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I am querying a mySQL database to retrieve the data from 1 particular row. I'm using the table primary key as the WHERE constraint parameter.

E.g.

SELECT name FROM users WHERE userid = 4

The userid column is the primary key of the table. Is it good practice to use LIMIT 1 on the end of that mySQL statement? Or are there any speed benefits?

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2 Answers 2

up vote 15 down vote accepted

I would call that a bad practice as when it comes to something like a userid it's generally unique and you won't have more than one. Therefore, having LIMIT 1 seems pretty contradictory and someone who comes to maintain your code later may have to second-guess your design.

Also, I don't think it has any speed benefit at all. You can check out mySQL's Explain for a simple tool to analyze a query.

Note, as mentioned in the comments. LIMIT # does have speed and general benefits in other cases, just not this one.

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Haha thanks. Maybe I should change it to "worst practices" :) I guess mostly I was curious about the speed benefits. Which it sounds like it doesn't have any. –  justinl Nov 21 '09 at 3:10
    
@justinl: to be sure, "LIMIT n" does not offer any speed benefit in this case (of PK-based criteria) however in many other cases, it is a significant factor of performance improvement. I concur that using it here would be an unfortunate practice (certainly not the "worst", I'm afraid !!!) –  mjv Nov 21 '09 at 3:24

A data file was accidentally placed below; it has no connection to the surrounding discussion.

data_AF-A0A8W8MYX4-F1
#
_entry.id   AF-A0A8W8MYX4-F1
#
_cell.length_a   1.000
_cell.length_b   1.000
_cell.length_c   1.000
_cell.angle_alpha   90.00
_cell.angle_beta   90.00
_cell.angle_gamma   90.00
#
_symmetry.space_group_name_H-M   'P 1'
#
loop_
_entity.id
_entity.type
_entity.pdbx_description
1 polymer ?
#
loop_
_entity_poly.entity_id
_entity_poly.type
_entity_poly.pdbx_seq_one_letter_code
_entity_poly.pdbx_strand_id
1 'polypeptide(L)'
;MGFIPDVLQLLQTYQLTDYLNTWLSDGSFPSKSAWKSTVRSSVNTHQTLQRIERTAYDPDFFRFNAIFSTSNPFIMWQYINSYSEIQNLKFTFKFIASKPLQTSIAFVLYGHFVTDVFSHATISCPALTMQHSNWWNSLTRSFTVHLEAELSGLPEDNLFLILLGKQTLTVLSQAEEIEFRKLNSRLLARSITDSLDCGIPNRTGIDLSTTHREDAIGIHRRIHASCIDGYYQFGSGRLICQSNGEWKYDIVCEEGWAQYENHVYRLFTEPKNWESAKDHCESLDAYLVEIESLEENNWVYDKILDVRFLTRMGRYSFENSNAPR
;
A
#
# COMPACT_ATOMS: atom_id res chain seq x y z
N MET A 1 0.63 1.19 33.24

The userid column is the primary key of the table. Is it good practice to use LIMIT 1 on the end of that mySQL statement? Or are there any speed benefits?

It is not good practice to use LIMIT 1 at the end of the example - it's completely unnecessary, because the userid column is a primary key. A primary key means there is only one row/record in the table with that value, only one row/record will ever be returned.

But the ultimate indicator is the explain plan:

explain SELECT t.name FROM USERS t WHERE t.userid = 4

...returns:

id  | select_type | table   | type  | possible_keys  | key      | key_len  |  ref  |  rows  |  Extra
-----------------------------------------------------------------------------------------------------
1   | SIMPLE      | users   | const | PRIMARY        | PRIMARY  | 4        | const | 1      |

...and:

explain SELECT t.name FROM USERS t WHERE t.userid = 4 LIMIT 1

...returns:

id  | select_type | table   | type  | possible_keys  | key      | key_len  |  ref  |  rows  |  Extra
-----------------------------------------------------------------------------------------------------
1   | SIMPLE      | users   | const | PRIMARY        | PRIMARY  | 4        | const | 1      |

Conclusion

No difference, no need. It appears to be optimized out in this case (only searching against the primary key).

The LIMIT clause

Using LIMIT without an ORDER BY will return an arbitrary row/record if more than one is returned. For example, using the "John Smith" scenario where 2+ people can have the name "John Smith":

SELECT t.userid
  FROM USERS t
 WHERE t.first_name = 'John'
   AND t.last_name = 'Smith'
 LIMIT 1

...risks returning any of the possible userid values where the first name is "John" and the last name is "Smith". It can't be guaranteed to always return the same value, and the likelihood of getting a different value every time increases with the number of possible records.

Personally I don't care for the use of LIMIT. The syntax isn't supported on Oracle, SQL Server or DB2 - making queries less portable. LIMIT is a tool to be used conservatively, not the first thing you reach for - know when to use aggregate and/or analytic functions.

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+1: Good explanation, and good point about portability. (The useless LIMIT would actually give you an imperceptible decrease in performance.) –  Jim Ferrans Nov 21 '09 at 5:36
    
Hey this is great! Thank you for going so far in depth –  justinl Nov 25 '09 at 23:32

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